Anywho, the planning commission is now short two members. Frank Jackson has appointing authority. Geis officially tendered his resignation on September 12.
By Eric Sandy
on Mon, Sep 26, 2016 at 3:01 PM
Jim and Nancy Petro
Jim Petro, the state attorney general who oversaw 18 executions in Ohio, was elected to the board of directors of Ohioans to Stop Executions this weekend with his wife, Nancy. The move is a high-profile turnaround for a Republican state official.
“Ohio has an unusually high number pro-death penalty government officials who have changed their positions on the issue, but this is the first time we’ve had a couple with such experience join our leadership team," Melinda Elkins-Dawson, board chair, said in a public statement.
Petro urged "a re-examination of Ohio’s death penalty" via OTSE's work. He said he recently arrived at the conclusion that it's time to rethink this policy arena. (Nancy has always opposed the death penalty.)
In Ohio, Ronald Phillips is scheduled to be killed in January.
Raised in Cleveland by parents who play with the Cleveland Orchestra, violinist Joe Dennison (pictured) mixes classical and prog rock with his band, Joe Deninzon and Stratospheerius.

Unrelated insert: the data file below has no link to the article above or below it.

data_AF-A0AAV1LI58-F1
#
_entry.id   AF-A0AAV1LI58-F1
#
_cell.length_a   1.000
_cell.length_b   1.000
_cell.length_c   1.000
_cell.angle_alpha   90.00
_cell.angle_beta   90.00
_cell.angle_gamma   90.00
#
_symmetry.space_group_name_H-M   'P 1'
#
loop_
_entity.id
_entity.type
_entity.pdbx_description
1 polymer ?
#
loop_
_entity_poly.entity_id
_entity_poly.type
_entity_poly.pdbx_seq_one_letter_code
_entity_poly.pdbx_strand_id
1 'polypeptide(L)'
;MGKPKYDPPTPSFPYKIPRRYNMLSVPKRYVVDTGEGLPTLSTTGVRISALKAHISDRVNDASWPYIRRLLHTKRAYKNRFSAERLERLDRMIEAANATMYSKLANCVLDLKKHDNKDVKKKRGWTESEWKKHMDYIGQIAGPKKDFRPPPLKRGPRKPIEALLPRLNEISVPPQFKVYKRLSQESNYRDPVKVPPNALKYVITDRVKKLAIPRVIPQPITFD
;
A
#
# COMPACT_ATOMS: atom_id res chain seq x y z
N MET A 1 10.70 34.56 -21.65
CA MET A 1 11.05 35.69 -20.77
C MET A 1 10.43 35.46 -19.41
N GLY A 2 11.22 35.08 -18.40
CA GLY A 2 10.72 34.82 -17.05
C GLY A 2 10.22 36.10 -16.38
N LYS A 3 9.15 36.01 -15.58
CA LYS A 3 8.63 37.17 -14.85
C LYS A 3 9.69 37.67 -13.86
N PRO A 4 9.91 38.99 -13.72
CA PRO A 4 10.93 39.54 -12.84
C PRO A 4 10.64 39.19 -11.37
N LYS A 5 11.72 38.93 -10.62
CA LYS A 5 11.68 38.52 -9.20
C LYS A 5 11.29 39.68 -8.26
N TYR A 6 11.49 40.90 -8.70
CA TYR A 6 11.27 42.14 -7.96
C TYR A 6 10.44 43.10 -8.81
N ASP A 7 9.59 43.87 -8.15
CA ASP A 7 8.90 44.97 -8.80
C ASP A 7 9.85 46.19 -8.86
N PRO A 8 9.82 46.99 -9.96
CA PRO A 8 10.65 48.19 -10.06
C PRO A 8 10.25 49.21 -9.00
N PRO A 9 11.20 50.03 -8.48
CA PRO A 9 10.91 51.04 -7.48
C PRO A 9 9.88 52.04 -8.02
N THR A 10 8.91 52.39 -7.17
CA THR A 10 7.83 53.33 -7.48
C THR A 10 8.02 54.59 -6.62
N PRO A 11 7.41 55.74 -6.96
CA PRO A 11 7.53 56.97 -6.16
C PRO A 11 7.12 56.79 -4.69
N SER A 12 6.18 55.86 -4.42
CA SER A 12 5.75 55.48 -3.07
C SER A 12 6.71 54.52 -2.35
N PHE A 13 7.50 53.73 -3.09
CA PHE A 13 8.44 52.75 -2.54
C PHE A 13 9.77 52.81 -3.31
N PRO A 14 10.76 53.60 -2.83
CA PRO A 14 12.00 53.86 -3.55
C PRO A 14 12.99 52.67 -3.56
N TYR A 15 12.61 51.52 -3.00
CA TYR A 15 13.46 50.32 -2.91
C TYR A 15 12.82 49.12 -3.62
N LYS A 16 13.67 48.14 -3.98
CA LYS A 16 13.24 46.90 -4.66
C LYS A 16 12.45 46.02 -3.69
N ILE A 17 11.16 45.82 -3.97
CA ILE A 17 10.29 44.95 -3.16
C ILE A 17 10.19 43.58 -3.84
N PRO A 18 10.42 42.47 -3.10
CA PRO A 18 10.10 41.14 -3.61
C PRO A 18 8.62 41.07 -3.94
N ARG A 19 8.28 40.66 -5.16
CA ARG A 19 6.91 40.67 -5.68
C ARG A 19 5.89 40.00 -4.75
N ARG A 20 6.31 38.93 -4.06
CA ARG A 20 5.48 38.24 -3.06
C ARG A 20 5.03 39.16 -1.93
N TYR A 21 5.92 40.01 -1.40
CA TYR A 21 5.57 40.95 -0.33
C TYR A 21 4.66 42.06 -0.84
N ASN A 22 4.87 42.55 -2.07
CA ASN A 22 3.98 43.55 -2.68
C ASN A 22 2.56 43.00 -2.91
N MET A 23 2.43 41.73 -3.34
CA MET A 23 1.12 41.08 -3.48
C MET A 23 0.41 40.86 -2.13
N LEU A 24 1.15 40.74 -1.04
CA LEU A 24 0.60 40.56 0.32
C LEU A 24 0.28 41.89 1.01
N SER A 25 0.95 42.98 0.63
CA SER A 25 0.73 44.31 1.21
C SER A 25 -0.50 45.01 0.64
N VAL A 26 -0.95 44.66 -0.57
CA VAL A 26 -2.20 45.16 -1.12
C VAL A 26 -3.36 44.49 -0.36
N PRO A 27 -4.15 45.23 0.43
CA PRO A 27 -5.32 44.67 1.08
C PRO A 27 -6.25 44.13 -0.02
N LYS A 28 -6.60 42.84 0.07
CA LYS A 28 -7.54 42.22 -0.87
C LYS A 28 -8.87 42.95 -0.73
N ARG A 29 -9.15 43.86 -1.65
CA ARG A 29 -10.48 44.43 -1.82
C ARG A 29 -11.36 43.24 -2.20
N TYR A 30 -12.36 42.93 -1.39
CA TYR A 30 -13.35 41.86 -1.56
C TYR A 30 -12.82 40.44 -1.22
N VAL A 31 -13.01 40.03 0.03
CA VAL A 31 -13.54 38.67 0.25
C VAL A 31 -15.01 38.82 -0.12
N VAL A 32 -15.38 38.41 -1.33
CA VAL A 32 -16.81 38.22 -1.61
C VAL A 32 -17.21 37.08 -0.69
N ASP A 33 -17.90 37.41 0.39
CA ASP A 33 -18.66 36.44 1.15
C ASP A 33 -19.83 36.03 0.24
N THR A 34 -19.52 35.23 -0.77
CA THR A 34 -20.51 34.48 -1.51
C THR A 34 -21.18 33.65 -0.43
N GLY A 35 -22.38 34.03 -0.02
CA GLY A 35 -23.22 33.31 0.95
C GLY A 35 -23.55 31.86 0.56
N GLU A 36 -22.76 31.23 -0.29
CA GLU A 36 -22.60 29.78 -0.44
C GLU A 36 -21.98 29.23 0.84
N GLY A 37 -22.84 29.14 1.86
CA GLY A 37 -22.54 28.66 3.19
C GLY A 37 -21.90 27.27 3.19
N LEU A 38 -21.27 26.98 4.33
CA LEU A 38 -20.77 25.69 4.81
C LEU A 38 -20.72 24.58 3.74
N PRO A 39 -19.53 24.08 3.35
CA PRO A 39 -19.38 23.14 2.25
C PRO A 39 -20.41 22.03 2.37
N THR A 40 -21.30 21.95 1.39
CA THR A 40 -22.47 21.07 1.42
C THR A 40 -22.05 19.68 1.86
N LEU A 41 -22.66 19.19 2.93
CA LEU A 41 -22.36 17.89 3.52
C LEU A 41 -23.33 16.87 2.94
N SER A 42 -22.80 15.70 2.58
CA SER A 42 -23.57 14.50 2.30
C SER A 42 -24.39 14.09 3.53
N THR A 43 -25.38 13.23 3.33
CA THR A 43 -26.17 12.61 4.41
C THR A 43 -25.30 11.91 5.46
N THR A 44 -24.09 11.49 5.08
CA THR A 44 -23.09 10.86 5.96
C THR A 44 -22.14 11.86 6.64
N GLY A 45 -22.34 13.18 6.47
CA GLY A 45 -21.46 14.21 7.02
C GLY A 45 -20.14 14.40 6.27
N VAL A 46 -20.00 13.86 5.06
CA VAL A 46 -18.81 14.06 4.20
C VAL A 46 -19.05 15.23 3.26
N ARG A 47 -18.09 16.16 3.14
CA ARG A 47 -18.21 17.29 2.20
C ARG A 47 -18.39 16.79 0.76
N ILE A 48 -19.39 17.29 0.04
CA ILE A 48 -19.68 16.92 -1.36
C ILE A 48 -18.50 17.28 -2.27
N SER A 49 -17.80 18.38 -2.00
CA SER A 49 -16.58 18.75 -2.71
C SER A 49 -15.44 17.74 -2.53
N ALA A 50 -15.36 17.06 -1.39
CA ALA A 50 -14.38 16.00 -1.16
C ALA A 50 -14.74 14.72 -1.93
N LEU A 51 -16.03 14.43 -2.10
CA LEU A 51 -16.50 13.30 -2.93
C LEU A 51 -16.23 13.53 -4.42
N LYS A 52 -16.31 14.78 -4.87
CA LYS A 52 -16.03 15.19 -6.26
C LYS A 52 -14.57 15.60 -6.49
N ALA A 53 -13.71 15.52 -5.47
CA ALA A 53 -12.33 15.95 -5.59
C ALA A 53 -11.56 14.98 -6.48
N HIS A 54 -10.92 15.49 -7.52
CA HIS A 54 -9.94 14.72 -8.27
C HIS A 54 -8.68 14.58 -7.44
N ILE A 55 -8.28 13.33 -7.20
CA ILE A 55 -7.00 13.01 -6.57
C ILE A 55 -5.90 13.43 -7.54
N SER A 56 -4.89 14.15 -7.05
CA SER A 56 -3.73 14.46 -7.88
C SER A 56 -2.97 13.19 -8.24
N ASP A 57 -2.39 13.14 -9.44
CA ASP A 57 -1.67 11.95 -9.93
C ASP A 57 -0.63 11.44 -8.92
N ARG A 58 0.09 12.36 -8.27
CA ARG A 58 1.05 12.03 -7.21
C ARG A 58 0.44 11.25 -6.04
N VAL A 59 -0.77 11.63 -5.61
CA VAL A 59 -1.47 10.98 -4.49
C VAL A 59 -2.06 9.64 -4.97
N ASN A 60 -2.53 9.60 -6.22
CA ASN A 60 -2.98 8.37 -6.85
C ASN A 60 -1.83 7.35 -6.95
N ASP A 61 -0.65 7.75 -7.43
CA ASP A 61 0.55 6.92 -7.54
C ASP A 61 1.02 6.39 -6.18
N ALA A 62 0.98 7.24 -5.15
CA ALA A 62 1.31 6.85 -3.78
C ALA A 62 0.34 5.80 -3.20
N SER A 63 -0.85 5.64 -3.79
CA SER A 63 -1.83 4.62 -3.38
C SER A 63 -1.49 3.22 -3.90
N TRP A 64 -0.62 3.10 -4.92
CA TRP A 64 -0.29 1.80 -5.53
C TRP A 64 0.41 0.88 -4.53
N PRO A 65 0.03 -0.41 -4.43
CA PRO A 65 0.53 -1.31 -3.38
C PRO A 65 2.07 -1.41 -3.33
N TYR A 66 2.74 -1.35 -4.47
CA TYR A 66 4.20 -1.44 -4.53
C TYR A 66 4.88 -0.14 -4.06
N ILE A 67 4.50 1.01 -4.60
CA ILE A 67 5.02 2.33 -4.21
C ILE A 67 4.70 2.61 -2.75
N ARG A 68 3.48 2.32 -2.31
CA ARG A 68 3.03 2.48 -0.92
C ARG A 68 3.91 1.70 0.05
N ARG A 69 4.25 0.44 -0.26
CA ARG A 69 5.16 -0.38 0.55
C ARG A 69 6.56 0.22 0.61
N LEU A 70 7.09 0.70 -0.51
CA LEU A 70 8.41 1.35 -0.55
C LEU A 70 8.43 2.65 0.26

Last year, Dennison and fellow prog rockers Circuline teamed up to create Sonic Voyages Fest, a touring prog rock festival. He brings the show into town this week for a performance at 7:30 p.m. on Thursday, Sept. 29, at Wilberts Food & Music.
By Sam Allard
on Mon, Sep 26, 2016 at 1:49 PM
Update (9/26): The saga concludes at last. Sunday afternoon, a Mantua woman won the Garrettsville Queen of Hearts raffle, taking home more than $3 million when she selected the number five on the board and a Queen of Hearts was revealed.
After 51 drawings, the current raffle game finally draws to a close. Only three cards remained on the 54-square board that contained all 52 cards in a standard card deck, plus two jokers.